Wishing Naoya rolled a ten-sided die right now…
Overview (Because Everyone Loves Spoilers)
After the whole “No-Cry-Day-Friday” incident, the class of the past was given a new order. One student was to roll a die, and designate a bunch of students by name, the same number as they rolled. Both they and the designated students would be punished. At best, two students would go down. At worst, the class would go from ten to three. Everyone gathered together to decide who would roll. At least one person had to choose to take a bullet. Toshiyuki was the class thug, and only had one friend. If anyone but his friend rolled, the bruiser knew he’d get punished. At first, he begged his friend to do it, and spare him. The class pointed out that he was asking his friend to die for him. Nobuaki took the dice, and was prepared to roll when Naoya swiped the dice and rolls instead. Six. Afraid for his own life, Toshiyuki grabbed Chiemi and threatened to kill her if his name was called. It’s decision time. One by one, Naoya had to choose which of his friends will die. At the end, only Nobuaki, Rea, Chiemi, Toshiyuki, and his little buddy were left to choose from.The downtrodden little guy jumped up and punched the bruiser, freeing Chiemi. He then asked that Naoya choose him and Toshiyuki. He did, and says farewell as he takes his own punishment, bit by bit, his body parts fly off. After his death, Rea ran over and rummaged for his cell phone. That’s when she revealed her master plan. She had been doing her own research into the game, and found out how it had started. It had begun as a virus that gave hypnotic suggestions to people, forcing their bodies to self-destruct. Somehow, with the advent of the digital age, this virus became a computer virus and… Nope! No, I’mma talk about it later. Now’s not the time to go on a rant. So, Rea, using her previously unknown skills as a super-hacker that she learned from her father (who was apparently into 50 Shades of Gray as well as Lolita), whipped out her laptop and begins to hack the King’s Game virus from the inside. What she didn’t know was that the bug in the system she intended to exploit was actually a trap set by the King. In falling for it, she got punishment by immolation. Only Nobuaki and Chiemi were left.
In the present, Nobuaki and company take a taxi and arrive in Yonagi Village. Here, they will discover the truth, and perhaps a way to end the game once and for all.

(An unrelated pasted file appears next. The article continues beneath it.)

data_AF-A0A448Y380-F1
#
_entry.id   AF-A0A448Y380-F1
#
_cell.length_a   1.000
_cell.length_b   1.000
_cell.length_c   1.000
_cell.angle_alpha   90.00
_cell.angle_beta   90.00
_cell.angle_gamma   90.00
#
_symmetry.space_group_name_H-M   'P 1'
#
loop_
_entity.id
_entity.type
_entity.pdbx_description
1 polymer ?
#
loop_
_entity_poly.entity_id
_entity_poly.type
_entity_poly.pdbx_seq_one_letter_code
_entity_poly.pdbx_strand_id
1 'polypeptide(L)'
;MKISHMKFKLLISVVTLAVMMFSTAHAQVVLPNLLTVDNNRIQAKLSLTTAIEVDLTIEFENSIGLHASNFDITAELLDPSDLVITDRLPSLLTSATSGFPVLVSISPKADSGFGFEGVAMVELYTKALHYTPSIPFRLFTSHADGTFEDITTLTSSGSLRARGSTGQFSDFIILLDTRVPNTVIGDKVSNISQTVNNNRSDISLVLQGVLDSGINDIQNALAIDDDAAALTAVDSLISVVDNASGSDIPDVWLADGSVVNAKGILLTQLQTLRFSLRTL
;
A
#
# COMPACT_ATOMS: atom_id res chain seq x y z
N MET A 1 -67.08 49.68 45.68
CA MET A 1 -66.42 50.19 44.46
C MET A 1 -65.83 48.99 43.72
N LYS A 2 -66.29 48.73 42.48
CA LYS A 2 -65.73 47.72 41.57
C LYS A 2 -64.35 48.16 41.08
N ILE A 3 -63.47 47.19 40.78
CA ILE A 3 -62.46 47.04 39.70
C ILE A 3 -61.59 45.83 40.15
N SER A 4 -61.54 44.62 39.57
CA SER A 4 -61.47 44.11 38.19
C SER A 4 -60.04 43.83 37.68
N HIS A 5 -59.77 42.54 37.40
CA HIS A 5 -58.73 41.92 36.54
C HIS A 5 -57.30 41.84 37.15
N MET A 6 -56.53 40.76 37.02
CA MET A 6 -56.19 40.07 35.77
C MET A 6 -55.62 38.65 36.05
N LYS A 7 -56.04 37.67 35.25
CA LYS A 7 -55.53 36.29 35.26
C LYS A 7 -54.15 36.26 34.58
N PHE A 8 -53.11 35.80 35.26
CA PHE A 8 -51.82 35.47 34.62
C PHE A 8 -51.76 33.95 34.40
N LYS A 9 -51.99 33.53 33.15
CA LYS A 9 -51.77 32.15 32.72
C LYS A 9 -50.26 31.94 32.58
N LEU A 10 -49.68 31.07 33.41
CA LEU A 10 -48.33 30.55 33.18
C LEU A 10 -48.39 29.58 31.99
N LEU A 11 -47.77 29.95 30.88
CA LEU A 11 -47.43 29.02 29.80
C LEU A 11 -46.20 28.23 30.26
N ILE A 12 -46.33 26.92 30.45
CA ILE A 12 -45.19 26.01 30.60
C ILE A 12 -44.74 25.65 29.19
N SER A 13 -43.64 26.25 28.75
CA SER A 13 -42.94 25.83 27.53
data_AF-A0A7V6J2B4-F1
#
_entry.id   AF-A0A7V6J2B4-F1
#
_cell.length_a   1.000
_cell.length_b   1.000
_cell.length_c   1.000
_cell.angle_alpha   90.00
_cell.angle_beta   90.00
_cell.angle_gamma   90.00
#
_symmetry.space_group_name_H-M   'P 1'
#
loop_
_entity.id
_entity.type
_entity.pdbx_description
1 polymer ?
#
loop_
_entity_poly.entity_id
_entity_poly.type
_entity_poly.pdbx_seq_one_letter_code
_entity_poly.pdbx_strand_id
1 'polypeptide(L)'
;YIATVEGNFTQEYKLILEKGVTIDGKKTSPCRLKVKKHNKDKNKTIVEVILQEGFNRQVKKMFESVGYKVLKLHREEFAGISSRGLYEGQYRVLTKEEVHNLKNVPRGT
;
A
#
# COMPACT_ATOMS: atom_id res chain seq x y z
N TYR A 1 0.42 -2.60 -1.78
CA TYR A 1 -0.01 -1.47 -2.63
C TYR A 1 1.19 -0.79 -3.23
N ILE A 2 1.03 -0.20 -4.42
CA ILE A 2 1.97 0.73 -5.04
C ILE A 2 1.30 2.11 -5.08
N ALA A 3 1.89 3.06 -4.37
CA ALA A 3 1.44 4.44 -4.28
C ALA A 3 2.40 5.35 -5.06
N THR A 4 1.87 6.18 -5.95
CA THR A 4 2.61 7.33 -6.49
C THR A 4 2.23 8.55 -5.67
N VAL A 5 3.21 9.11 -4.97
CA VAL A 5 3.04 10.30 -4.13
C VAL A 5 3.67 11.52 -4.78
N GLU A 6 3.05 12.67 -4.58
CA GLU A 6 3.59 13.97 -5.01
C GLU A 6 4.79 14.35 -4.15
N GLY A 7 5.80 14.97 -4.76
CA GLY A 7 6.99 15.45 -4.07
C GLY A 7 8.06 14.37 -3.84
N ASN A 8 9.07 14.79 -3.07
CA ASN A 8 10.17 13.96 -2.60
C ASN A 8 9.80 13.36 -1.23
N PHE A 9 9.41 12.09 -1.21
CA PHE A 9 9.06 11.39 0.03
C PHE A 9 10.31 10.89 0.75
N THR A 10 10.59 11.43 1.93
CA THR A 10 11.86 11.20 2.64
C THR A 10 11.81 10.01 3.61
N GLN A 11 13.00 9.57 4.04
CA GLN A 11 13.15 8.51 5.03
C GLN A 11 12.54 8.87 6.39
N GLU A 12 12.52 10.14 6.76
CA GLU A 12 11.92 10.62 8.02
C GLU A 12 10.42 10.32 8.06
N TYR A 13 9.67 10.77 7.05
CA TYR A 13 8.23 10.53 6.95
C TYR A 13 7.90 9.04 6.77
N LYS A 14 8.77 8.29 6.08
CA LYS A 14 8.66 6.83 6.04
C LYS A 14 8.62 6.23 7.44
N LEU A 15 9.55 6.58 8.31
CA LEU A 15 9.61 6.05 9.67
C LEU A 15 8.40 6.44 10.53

Alright, let me take this in halves. The first half was tense. And intense. There was a pressure left to right and center about who should roll the dice, who would be named, consequences, and all that. With the class getting nearly decimated again, the worst of each character was brought to the forefront. Well, except for the good guys, who just stayed beacons of light and hope. The writing wasn’t all that bad, honestly, and the translated lines came off as genuine.
Then, we get to the second half. Those characters we didn’t get to see much before just got offed, unceremoniously and without even a chance for them to contribute to the scene. They just died. When the episode lost all credibility was when Rea tried explaining the King’s game. A sentient computer virus that had started as a normal virus, and kills with hypnosis. Somehow, it was capable of all the complexities of language to mask itself as a series of commands and… seriously? Let me be honest, the creator of this whole thing tried to get creative, and bombed hard. You have a pretty easy tee-ball for an explanation here. You can simply say it’s an evil spirit or a grudge, or even the growing spirit of hatred in the world manifesting through technology. Nope. You go with a convoluted explanation that makes no sense for how any one of those phenomena act. Hypnosis can’t make you do things you don’t want to do, and any physical changes it enacts are the result of changes over time to the sympathetic nervous and glandular systems. Viruses may affect the brain, but not in complicated ways. Biological junk like a virus cannot simply jump to being a computer virus. Even if it was to do so, that virus would need to be attacking from somewhere, not just amorphously as a thing “in the communications pipeline”. By putting this in terms of real world things like hypnosis and viruses and computers, you made it so we did not need to use our suspension of disbelief. That means that everyone can take one look at your cockamamie explanation and know that it’s the stuff people write for term papers due the next day. Oh, and it isn’t cool that Rea doesn’t even react to being on fire, and just calmly strips naked as she explains about her father’s abuse of her. If she was going to jump into the reservoir anyway, why wait to do it? Every second she waited and talked was another second of being ON FIRE. As soon as she hits the water, it’s all over, one way or the other. It’s bogus, Nobuaki.